Because clothing can communicate position, writers also use fashion to disguise characters. I would love to highlight the depiction of Tang Dynasty clothing and disguise in Butterfly Swords by Jeannie Lin. Ai Li wears a red silk wedding dress appropriate for the setting 758 CE in China complete with heavy jewels and a hundred li of embroidery thread. Escaping her wedding, she leaves that clothing behind and dons a new set of grey masculine clothing. The continued divide between western and eastern clothing changes her interaction with the characters in the book. For some additional reading, Empire of style: Silk and Fashion in Tang China by Buyun Chen illuminates the materials and patterns described in the novel.
A New Wave of Fashion Historians
As an aside, NotYourMommasHistory has also done impressive work with African American Historical dress on YouTube. Online creators looking to make fashion history accessible like Bernadette Banner show fashion history. Online resources like An Historian About Town and The Fashion History Dictionary also provide online exhibitions that are publicly available. That is to say, the public availability of fashion history has expanded writers’ ability to understand clothing by time period, region, and personal choice.
Previously, in-person museum exhibitions like The Met’s The Costume Institute, The V&A, The Fashion Museum Bath, The Kyoto Costume Institute, and The Fashion History Museum were wonderful in-person examples of fashion history; however, they remained limited in their reach. Although some exhibits and museums are free to the public, they still require patrons to physically visit their locations. Historically based clothing has always been a part of historical romance, however, a writer’s ability to access the information at all times for a low cost has not.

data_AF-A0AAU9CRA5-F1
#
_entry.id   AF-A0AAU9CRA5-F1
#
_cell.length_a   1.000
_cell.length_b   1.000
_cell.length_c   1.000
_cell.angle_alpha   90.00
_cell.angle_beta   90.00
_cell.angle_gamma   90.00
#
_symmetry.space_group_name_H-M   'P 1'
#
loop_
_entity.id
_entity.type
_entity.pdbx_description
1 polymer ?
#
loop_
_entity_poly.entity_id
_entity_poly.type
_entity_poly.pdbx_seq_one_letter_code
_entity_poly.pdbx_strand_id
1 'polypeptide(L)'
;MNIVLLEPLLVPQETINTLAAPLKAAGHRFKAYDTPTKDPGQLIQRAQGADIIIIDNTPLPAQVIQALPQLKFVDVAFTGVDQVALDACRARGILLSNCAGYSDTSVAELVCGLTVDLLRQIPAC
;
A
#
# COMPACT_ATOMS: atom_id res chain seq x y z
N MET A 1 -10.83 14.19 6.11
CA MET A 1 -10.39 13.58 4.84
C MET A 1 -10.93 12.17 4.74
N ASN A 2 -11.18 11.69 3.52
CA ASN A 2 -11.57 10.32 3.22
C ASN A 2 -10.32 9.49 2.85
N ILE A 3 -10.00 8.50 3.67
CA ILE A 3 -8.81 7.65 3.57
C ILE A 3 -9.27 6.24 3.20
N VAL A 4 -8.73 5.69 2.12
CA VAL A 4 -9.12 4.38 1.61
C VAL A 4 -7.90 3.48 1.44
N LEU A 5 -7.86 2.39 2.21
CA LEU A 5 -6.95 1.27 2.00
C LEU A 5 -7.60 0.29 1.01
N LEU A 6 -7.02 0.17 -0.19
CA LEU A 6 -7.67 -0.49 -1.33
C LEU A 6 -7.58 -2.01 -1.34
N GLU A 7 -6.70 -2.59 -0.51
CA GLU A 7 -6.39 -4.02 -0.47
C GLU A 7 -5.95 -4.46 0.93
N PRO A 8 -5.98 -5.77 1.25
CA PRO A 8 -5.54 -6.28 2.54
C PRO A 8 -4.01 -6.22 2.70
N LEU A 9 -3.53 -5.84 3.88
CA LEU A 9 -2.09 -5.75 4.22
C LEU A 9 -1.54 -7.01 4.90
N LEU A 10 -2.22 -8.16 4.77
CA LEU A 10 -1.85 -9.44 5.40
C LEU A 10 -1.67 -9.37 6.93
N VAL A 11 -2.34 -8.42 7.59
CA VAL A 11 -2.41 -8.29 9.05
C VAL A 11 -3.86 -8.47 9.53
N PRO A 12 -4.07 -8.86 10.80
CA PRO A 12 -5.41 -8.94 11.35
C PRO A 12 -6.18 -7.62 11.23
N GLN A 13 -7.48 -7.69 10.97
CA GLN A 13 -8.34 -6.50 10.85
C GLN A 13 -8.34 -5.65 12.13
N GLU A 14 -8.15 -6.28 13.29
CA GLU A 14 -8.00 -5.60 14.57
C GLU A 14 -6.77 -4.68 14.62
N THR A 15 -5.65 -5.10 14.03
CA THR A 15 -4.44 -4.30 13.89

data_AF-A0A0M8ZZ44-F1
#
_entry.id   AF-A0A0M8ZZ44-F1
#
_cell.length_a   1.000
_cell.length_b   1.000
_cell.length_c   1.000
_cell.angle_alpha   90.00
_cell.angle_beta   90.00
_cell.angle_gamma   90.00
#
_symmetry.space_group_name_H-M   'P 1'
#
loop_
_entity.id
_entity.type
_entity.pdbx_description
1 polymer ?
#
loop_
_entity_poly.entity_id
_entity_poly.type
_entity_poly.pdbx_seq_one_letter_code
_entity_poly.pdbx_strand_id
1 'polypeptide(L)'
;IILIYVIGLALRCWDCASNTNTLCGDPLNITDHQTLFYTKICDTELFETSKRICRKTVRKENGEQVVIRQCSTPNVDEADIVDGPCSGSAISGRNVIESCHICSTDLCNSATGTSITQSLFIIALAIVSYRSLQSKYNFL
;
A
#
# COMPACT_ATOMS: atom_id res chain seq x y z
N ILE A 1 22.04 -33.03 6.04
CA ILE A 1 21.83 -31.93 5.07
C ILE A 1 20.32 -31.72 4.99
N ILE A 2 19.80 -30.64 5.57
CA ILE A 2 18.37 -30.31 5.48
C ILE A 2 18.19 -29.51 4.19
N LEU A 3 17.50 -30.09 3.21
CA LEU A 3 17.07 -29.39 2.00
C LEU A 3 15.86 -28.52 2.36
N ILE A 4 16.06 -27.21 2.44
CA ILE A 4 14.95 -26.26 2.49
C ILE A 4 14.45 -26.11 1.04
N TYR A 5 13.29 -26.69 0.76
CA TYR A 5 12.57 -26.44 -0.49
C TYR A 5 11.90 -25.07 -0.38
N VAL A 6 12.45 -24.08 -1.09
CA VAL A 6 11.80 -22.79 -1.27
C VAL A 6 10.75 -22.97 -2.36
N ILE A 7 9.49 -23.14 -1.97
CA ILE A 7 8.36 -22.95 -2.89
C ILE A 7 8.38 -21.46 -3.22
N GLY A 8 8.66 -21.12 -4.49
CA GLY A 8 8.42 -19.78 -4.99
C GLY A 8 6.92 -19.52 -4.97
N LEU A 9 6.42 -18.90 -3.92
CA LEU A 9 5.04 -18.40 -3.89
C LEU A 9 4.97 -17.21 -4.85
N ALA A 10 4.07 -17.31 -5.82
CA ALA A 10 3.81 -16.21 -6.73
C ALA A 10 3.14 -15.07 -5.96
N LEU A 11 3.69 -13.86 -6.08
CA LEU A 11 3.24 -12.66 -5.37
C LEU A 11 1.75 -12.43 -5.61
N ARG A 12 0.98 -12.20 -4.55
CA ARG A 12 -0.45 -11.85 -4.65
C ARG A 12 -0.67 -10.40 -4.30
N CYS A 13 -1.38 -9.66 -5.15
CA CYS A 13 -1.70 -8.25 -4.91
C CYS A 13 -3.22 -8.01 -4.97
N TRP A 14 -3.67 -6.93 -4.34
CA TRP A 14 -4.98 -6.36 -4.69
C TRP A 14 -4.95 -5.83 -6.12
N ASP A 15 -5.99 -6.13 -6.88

Fashion History in Historical Romance: A Focus on Europe
When it comes to specific details in specific time periods, historical romance writers love Eurocentric historicals. From Medieval to Regency to Victorian clothing, writers have fashion history locked down. While many writers start with a love for a time period and place, Eurocentric historical romances are highly popular amongst readers. This also means the books might sell better to publishers who are willing to put more into the development and production of those books. While some great lists explore other historical romances, I will now turn to the use of fashion history in a time span of Eurocentric historicals.